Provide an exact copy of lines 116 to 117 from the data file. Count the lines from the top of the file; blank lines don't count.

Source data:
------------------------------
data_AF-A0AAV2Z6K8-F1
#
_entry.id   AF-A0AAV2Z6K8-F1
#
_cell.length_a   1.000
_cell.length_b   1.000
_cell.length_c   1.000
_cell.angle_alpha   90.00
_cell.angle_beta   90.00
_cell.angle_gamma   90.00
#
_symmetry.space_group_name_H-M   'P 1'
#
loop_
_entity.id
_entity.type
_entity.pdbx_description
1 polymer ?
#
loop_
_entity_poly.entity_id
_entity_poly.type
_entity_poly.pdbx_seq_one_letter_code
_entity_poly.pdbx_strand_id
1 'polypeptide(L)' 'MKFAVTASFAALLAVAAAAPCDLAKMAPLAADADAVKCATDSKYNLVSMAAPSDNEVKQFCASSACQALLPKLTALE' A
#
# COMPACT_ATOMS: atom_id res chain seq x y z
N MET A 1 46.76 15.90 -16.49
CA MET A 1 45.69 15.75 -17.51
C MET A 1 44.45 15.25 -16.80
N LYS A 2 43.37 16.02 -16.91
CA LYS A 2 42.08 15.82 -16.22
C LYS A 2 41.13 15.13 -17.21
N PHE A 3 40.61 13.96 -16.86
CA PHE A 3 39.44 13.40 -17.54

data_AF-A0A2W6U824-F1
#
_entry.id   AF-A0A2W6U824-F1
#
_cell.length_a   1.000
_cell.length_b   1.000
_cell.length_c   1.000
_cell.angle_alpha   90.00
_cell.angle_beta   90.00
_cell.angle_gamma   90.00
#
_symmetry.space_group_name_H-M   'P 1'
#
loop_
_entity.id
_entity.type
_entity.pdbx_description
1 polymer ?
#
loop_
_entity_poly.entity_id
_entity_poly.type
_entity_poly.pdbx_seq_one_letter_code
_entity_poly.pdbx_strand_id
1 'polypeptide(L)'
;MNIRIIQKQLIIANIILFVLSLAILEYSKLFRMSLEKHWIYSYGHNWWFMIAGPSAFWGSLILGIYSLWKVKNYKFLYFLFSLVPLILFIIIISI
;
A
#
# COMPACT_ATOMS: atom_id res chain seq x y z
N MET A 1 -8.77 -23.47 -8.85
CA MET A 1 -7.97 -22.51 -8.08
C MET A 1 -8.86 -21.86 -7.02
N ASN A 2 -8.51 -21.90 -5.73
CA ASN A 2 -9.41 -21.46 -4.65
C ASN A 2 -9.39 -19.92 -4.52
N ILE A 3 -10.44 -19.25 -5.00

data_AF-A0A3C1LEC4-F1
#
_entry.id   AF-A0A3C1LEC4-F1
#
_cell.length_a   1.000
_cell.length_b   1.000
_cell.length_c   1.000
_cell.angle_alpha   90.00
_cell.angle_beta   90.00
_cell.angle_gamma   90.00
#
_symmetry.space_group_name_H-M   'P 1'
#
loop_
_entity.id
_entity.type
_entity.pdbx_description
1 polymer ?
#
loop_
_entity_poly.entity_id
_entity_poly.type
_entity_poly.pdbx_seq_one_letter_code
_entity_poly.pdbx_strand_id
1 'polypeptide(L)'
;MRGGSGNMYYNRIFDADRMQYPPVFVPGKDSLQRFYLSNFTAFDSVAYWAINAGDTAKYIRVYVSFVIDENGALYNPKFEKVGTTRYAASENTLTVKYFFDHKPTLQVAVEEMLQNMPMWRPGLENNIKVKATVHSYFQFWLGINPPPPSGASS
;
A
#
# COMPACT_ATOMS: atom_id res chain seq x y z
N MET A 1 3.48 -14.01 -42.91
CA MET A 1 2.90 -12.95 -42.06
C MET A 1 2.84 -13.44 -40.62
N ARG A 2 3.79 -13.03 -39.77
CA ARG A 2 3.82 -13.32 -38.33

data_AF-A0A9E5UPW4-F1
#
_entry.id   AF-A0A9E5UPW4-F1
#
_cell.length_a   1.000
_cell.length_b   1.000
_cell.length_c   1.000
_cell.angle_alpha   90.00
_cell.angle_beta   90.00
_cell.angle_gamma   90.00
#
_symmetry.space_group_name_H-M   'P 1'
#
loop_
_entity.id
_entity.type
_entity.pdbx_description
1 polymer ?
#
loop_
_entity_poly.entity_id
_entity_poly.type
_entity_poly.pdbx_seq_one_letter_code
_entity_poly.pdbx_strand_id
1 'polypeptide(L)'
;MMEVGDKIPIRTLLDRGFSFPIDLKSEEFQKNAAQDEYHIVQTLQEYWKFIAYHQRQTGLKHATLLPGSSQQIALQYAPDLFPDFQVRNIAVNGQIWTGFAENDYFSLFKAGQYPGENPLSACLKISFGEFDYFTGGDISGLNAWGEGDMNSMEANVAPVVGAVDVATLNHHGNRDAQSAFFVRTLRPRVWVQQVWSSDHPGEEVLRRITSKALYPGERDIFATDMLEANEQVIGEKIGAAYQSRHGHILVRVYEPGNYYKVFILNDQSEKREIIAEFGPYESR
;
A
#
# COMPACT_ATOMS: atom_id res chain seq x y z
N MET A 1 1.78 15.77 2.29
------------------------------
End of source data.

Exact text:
_cell.angle_beta   90.00
_cell.angle_gamma   90.00